The tumor microenvironment facilitates tumor occurrence and progression . An increasing number of studies have confirmed that extracellular vesicles carry functional cargoes, such as RNA, proteins, and lipids, which play pivotal roles in cell-to-cell communication [2,3,4,5,6]. It is clear that a large number of extracellular vesicles are released during the occurrence and development of hepatocellular carcinoma (HCC) to participate in tumor progression and metastasis [7,8,9], but the mechanism of extracellular vesicle secretion much remains unclear. Researchers have studied the generation and secretion of extracellular vesicles, trying to explain the specific mechanism of exosome secretion [6, 10]. Our published review confirmed that the process of exosome secretion mainly involves the multivesicular body (MVB) biogenesis, intraluminal vesicle (ILV) formation, sorting of different cargoes, and the regulation of cargo fate . Specifically, cell membrane endocytosis generates early endosomes, which then internalize and form ILVs via endosomal sorting complex required for transport (ESCRT), which includes HRS, STAM1, TSG101 ALIX, VPS4, and VPS33B to form mature MVBs . It is important that MVBs can target lysosomes for content degradation or target the plasma membrane for exosome release . Current research reveals that MVB-targeted transport involves small GTPases and their complexes in combination with different molecular motor proteins and the microtubule cytoskeleton. Centrifugal and centripetal transport through the traction of the cytoskeleton is a key step in the regulation of MVB fate [5, 12]. Importantly, small GTPases (RAB27A, RAB27B, RAB35, RAB11, RAB7, and RAL-1) play well-established roles in MVB trafficking for exosome release [5, 6, 12, 13]. These key proteins may undergo mutations and abnormal expression during tumorigenesis and development, which may regulate abnormal exosome secretion and play a role in tumorigenesis and metastasis [5, 12,13,14,15]. The final key step in achieving exosome secretion involves the formation of SNARE complex intermediates (SNAREpins) to complete MVB docking and plasma membrane fusion [5, 16, 17]. The goal is to extensively study the SNARE proteins involved in exosome docking and fusion, including Syntaxin-4, VAMP3, VAMP7, VAMP8, YKT6, SYX5, SNAP23 and SNAP25 [5, 17]. Among them, VAMP3, YKT6, and SNAP23 play key roles in tumorigenesis and in regulating exosome release [16, 18]. For example, a study showed that pyruvate kinase type M2 promotes exosome release from tumor cells by phosphorylating SNAP23 . Our previous work showed that HOTAIR promotes the colocalization of VAMP3 with SNAP23, which influences SNARE complex formation, leading to MVB fusion with the plasma membrane . Mounting evidences have confirmed that the docking and fusion of MVBs is a complex process in which the RAB protein and SM protein are also involved.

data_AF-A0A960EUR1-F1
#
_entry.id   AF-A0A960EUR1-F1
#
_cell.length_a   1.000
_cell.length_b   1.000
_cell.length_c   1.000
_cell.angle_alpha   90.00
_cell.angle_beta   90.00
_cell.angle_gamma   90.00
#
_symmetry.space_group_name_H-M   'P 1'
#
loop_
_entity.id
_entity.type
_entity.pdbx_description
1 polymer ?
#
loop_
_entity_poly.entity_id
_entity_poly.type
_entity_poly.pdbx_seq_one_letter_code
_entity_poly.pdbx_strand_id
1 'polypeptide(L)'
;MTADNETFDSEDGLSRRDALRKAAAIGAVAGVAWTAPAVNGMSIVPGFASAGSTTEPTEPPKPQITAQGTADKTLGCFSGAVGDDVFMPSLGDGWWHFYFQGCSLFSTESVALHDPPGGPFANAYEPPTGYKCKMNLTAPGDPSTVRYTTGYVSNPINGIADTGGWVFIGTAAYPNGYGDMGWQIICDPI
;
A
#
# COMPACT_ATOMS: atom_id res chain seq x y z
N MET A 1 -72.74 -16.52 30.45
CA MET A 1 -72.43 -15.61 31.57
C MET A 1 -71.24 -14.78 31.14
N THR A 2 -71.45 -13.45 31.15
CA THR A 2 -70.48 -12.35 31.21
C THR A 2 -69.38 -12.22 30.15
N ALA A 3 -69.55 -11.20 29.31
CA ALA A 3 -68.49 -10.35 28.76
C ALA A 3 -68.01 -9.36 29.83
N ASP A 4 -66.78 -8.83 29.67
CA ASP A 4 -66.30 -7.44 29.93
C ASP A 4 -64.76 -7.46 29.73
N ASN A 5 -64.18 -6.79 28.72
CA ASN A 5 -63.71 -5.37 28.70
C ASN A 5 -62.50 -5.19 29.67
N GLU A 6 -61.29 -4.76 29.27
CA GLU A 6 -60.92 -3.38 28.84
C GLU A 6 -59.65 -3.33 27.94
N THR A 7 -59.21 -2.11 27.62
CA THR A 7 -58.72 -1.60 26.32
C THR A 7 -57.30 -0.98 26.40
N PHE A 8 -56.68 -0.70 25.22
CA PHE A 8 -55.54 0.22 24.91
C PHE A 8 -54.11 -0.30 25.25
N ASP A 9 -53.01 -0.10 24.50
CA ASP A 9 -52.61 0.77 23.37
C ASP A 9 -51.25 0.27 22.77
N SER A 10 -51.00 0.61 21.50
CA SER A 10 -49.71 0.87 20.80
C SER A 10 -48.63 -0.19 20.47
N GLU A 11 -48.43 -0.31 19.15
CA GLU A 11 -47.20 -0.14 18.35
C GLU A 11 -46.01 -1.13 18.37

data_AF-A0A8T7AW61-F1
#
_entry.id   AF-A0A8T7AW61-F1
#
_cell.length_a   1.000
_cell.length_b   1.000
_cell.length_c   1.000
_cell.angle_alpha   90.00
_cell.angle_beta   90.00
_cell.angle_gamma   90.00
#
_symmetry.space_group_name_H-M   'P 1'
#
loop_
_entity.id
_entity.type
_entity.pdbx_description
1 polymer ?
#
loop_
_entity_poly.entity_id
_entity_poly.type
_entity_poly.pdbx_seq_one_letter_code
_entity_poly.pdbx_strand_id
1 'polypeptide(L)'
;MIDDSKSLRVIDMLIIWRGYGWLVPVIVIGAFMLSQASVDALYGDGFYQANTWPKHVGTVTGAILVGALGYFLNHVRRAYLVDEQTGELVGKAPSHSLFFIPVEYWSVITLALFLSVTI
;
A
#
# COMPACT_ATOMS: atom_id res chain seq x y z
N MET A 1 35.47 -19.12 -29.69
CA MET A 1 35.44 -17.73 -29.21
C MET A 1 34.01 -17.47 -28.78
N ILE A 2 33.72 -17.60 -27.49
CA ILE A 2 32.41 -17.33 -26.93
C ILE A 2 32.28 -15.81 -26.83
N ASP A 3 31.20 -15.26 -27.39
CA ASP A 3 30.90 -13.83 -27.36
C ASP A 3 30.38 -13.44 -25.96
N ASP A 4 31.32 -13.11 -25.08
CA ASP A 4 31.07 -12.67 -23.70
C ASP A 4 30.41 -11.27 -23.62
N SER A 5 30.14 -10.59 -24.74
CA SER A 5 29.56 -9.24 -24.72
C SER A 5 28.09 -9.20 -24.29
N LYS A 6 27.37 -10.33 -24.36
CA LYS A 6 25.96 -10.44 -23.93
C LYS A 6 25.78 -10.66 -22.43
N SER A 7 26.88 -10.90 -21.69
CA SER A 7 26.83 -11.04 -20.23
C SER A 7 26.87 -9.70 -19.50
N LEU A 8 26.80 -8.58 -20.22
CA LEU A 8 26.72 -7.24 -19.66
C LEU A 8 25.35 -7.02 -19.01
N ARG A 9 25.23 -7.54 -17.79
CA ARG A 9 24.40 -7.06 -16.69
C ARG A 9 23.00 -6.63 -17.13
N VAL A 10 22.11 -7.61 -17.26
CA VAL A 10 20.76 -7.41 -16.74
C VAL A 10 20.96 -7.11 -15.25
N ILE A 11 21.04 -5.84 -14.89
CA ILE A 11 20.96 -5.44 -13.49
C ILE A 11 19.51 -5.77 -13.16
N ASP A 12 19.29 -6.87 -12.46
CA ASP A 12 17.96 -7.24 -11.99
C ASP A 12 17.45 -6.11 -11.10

Note that the metastasis of tumor cells is an important sign of tumor deterioration. Tumor cells can not only release exosomes to reorganize the extracellular matrix but also secrete MMP (membrane matrix metalloproteinase) and other metalloenzymes to facilitate migration and invasion [19,20,21]. Invadopodia, which are specialized F-actin-based structures, play a key role in the process of tumor metastasis [20,21,22]. Several studies have shown that invadopodia are critical docking and secretion sites for MVBs and significantly induce the secretion of exosomes and MMPs to induce tumor invasion and metastasis [5, 21]. Interestingly, previous studies have revealed that the SNARE complex is involved in invadopodia formation, which indirectly affects the exosome secretion, indicating that there may be a positive feedback mechanism involving the SNARE complex and invadopodia [5, 23]. MiR-612 can regulate tumor metastasis and progression, probably resulting in abnormities in invadopodia structure and function in HCC . The abundance of SNX27 plays an important role in the assembly of recycled MT1-MMP to invadopodia and further promotes breast cancer metastasis .